Reforma 500 restaurant, The Four Seasons, Mexico City

Agent Triple P had only been to Mexico once before and that had been six years ago. The taxi drive from the dingy airport showed that the city had not improved since then, although perhaps the air pollution was a little less. Mexico City was hugely overpopulated, full of shabby concrete buildings, flyovers, traffic and was ill-lit at night. From his taxi he could see furtive looking figures scuttling along darkened pavements only occasionally being lit up by the harsh pools of light cast by the neon of some open shop front selling saucepans or some such.

His flight had been uneventful and the only notable thing about it was that his fellow passengers confirmed the fact that Mexico had the most unattractive women of any country he had ever visited, with the possible exception of Malta. This was odd as usually in countries where there was a blend of races the result is often very attractive people: Brazil sprang to mind. But no, Mexican women were short, squat and plain.

He arrived at The Four Seasons and immediately liked it. It was certainly an improvement on his previous hotel, the Presidente Intercontinental, which when he had been there before was seemingly entirely inhabited by a regional Mary Kay cosmetics convention made up of, surprise, short, squat, plain and over made-up Mexican women.

He was hungry so decided to eat in the Reforma 500 restaurant. Whilst he looked at the menu he was presented with a a basket congtaining eight different types of bread and three dishes containing, soured cream, guacamole and salsa. The display in the bread basket was simply the most stunning he had ever seen. A work of art in itself. One undoubtedly good thing about Mexico was the food. He suspected that his diet was going to take a pounding. The menu was largely Mediterranean but they also had a separate Mexican menu from which Triple P selected a light meal.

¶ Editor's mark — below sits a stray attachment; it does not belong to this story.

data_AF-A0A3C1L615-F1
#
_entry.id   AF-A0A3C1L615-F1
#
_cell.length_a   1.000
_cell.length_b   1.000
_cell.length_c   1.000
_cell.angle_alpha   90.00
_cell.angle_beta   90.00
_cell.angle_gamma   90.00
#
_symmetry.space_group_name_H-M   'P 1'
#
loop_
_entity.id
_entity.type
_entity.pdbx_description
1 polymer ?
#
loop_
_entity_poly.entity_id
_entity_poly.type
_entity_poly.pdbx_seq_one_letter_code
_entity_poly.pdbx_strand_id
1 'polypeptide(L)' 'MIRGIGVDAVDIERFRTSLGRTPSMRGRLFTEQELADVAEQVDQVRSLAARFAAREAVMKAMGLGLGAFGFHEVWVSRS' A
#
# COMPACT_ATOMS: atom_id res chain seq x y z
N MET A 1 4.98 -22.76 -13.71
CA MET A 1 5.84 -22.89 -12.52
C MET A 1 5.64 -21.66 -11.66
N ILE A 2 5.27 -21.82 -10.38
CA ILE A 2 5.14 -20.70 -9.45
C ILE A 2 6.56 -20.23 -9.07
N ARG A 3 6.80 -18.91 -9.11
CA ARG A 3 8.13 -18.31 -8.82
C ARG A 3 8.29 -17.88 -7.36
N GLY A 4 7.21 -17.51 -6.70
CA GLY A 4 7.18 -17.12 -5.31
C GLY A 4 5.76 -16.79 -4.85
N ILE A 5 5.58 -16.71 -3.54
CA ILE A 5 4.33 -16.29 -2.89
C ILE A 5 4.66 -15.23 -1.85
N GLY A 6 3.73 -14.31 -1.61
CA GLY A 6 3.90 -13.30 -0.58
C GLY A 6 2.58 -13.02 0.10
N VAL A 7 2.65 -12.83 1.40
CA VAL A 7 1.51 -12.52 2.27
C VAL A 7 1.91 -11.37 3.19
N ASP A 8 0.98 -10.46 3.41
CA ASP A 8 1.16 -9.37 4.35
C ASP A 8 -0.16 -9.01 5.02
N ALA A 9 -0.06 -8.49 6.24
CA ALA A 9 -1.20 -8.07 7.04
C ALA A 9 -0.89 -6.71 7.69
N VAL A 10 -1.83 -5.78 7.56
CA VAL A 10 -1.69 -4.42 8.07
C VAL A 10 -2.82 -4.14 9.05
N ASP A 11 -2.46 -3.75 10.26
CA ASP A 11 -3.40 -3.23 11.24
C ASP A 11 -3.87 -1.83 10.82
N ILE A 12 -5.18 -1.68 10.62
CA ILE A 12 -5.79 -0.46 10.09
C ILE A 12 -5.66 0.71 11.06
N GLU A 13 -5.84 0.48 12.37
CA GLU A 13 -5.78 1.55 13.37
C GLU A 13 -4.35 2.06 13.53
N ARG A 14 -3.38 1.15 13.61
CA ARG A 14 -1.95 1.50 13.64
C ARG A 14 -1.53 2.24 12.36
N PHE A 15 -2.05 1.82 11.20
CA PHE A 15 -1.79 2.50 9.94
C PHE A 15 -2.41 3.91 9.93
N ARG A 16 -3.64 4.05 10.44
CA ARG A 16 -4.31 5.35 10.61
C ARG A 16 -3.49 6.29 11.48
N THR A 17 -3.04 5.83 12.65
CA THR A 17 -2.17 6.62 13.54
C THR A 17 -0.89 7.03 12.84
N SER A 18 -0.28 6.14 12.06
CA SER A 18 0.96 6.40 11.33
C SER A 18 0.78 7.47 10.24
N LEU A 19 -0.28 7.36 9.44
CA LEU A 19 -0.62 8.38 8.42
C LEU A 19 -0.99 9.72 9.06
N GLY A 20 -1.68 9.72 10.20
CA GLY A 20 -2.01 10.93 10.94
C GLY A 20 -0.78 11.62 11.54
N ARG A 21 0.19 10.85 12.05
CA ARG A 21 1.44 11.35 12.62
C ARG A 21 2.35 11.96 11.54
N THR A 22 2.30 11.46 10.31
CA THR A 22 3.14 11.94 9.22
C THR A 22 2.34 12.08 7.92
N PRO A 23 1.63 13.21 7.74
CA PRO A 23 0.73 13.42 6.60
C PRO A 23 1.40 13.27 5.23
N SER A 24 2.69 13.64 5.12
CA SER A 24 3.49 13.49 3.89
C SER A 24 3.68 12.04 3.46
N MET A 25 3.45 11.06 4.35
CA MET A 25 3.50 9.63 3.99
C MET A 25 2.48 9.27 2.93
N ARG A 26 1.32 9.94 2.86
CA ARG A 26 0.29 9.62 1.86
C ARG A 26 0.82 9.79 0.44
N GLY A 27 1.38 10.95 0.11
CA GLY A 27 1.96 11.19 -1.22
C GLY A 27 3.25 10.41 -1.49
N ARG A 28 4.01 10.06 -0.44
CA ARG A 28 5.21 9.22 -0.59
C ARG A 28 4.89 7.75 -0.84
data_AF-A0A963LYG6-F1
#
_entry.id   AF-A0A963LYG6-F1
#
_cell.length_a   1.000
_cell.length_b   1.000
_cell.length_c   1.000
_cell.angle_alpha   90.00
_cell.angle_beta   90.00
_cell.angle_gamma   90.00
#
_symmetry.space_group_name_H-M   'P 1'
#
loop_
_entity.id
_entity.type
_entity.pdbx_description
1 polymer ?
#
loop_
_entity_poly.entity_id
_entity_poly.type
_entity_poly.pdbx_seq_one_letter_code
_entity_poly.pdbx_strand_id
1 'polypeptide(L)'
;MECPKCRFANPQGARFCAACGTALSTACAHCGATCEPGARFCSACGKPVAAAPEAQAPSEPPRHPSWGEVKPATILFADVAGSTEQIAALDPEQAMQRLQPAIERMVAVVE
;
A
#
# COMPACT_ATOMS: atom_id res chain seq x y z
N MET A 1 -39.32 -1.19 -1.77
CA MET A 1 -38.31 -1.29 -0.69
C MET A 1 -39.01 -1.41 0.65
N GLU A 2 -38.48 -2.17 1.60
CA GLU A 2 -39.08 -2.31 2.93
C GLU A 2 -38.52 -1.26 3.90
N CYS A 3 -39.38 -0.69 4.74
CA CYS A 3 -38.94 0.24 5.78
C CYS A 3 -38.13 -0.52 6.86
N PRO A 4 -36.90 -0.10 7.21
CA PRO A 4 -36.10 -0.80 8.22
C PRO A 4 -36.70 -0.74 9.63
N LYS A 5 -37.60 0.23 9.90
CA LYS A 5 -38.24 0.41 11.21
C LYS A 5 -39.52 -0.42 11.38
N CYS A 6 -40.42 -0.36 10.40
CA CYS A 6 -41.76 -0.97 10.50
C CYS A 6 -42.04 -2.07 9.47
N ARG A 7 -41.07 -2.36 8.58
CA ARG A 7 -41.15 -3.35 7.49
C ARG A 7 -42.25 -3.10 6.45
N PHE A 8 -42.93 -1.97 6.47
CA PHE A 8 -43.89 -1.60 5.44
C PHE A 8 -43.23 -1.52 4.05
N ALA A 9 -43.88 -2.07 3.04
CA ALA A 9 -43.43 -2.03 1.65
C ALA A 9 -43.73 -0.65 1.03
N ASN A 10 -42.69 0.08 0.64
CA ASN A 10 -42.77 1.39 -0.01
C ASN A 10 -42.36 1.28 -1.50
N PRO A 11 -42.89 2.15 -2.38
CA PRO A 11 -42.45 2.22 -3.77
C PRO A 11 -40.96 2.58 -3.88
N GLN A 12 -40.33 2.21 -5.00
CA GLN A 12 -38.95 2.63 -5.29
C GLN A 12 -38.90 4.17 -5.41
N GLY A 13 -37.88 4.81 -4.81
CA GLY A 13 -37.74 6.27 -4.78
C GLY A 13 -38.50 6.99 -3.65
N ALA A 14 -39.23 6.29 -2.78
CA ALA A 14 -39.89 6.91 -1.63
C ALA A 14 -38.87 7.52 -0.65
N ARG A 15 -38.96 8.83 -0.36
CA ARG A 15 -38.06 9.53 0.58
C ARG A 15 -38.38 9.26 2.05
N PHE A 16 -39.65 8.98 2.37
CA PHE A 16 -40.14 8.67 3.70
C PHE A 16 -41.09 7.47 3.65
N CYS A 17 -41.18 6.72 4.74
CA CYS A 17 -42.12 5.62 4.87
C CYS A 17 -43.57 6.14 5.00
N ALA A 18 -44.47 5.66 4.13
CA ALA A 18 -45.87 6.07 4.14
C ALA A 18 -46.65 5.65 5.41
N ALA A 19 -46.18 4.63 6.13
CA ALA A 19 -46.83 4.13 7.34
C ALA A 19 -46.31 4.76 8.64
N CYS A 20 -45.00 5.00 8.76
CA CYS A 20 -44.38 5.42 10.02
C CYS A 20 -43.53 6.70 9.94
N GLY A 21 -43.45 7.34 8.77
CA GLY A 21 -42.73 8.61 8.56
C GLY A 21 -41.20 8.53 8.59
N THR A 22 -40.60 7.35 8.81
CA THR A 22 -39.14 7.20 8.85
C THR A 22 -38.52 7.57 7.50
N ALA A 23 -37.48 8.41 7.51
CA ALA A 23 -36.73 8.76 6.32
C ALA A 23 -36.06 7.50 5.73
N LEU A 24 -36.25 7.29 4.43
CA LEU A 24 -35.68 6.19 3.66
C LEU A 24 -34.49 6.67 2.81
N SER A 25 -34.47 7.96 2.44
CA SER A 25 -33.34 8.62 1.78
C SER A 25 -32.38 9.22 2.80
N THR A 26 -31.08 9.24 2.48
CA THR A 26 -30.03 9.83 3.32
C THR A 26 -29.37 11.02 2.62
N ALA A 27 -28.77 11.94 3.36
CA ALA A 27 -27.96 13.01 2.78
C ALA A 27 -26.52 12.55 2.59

He ordered Tortilla soup as a starter. This arrived with seven large porcelain spoons containing: cilentro, green chilli, avocado, chopped onion, cheese, sour cream and dried red chilli. The soup contained dark brown shredded tortilla which had a nicely chewy texture.

To go with it he ordered a bottle of Santo Tomas tempranillo from Baja California. The Bodegas Santo Thomas is the oldest winery in Mexico, founded in 1888. It was fruity but bone dry. Truly excellent.

For a main course he decided to stay Mexican and had beef fajitas. These came on a sizzling hot cast iron skillet cooked with yellow and green pepper and onions accompanied by a basket of small brown tortillas. His special freind M from the Commonwealth of Virginia would have approved as she was a great afficianado of Mexican food. They has even discussed her coming down to Mexico City but he had decided that the nature of the trip would have made that complex so decided to wait until his planned trip to the US the following month.

Over the four days that he was in the hotel he had several meals at the restaurant including one outside on the terrace at lunchtime when he decided not to try the deep fried grasshoppers and Maguey worms, which of course are actually the caterpillars of the butterfly, Aegiale Hesperiaris. One could take local cuisine too far.

The service was exceptionally good and Agent Triple P can heartily recommend the Reforma 500 restaurant.
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